No Lawsuit in London Headscarf Farce - Yet
by Nathaniel Sugarman • Jul 30, 2010 at 1:19 pm
Last week, two Muslim women told the BBC that a "bigoted" driver forced them to exit a Metroline bus because they were wearing Islamic headscarves. Yasmin and Atoofa, identified by the BBC only by their first names, also filed an official complaint with Metroline, though they did not immediately commence a lawsuit.
This week, The London Daily news reports that Metroline "cleared" the driver after video footage emerged which refuted the women's version of the events. In fact, it appears that the driver ejected the pair because they were being "argumentative" and "abusive" after forcing their way on to the out-of-service bus.
Though Metroline has rejected the pair's complaint, the BBC writes that Yasmin and Atoofa are seeking legal counsel—which means that a civil suit is now a definite possibility.
But a lawsuit at this stage would raise eyebrows, as the pair's intentions in filing such a suit, not to mention the merits of their case, appear to be questionable at best.
As Londonist observes:
"That the students were so keen to speak to the BBC and accuse the driver of bigotry doesn't suggest that their motives were entirely honest, and the inflation of what appears to have been at best a minor disagreement into a story of racism and legal action is a sad affair."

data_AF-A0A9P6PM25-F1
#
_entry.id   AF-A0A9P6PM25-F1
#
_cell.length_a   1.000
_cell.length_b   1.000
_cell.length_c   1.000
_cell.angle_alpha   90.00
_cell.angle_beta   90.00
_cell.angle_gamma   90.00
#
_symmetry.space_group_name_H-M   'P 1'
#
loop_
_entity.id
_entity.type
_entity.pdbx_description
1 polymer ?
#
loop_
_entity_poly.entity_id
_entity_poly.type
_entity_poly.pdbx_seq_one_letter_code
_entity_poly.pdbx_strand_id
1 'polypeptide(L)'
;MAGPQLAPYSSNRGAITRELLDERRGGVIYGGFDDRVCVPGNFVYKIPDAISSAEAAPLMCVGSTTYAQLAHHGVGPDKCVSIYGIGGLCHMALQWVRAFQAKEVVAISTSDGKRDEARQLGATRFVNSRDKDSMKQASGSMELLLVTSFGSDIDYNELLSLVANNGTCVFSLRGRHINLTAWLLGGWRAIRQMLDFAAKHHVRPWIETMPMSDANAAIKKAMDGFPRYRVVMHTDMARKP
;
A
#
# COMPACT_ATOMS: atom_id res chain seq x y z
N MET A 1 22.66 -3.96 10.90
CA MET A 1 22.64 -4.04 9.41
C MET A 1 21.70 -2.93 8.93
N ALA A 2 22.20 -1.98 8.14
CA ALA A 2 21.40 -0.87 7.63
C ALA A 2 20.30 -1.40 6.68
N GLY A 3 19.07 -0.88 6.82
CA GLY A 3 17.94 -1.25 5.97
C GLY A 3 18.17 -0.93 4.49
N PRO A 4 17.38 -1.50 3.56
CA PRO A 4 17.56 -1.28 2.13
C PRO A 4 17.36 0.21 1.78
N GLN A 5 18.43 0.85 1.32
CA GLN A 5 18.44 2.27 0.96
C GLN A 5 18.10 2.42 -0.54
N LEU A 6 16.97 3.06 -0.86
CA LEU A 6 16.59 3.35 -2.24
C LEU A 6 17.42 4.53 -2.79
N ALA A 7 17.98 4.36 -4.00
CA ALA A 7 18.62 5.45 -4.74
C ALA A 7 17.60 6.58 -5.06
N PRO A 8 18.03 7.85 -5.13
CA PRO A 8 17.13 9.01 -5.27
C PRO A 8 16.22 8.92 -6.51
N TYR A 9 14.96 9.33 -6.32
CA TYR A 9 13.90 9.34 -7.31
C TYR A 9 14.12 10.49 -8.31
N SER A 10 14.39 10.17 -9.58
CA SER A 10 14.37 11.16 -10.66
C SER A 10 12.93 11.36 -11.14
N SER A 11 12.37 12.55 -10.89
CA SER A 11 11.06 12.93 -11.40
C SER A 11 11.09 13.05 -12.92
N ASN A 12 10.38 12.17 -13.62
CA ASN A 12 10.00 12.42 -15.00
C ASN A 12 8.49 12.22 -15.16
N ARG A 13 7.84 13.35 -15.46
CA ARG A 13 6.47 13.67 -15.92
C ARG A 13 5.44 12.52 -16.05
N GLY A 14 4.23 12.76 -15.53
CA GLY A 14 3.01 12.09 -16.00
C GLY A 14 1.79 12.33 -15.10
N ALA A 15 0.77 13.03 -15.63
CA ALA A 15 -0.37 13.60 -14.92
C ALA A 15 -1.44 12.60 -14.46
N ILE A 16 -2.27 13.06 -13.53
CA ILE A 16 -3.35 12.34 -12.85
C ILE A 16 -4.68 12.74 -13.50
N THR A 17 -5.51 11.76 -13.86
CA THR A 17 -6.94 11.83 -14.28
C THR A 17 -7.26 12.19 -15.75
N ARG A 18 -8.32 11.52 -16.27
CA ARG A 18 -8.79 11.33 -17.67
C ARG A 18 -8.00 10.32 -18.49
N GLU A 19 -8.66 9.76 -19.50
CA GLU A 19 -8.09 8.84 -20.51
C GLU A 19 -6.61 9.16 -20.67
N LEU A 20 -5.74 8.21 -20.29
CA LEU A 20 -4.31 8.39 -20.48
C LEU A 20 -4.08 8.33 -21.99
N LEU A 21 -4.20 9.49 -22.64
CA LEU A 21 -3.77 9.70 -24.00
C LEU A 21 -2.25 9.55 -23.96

The Legal Project is pleased that Metroline did not prematurely discharge the driver or apologize on his behalf to placate the Muslim Council of Britain—which had already rushed to express its deep concern.
Nonetheless, we are watching this matter closely, because "minor disagreements" like these can evolve into predatory lawsuits—lawsuits without merit aimed at intimidating defendants with the prospect of litigation and legal costs. If, as it seems, Yasmin and Atoofa were lawfully ejected for abusive behavior, and video footage confirms this, the dispute should end here.
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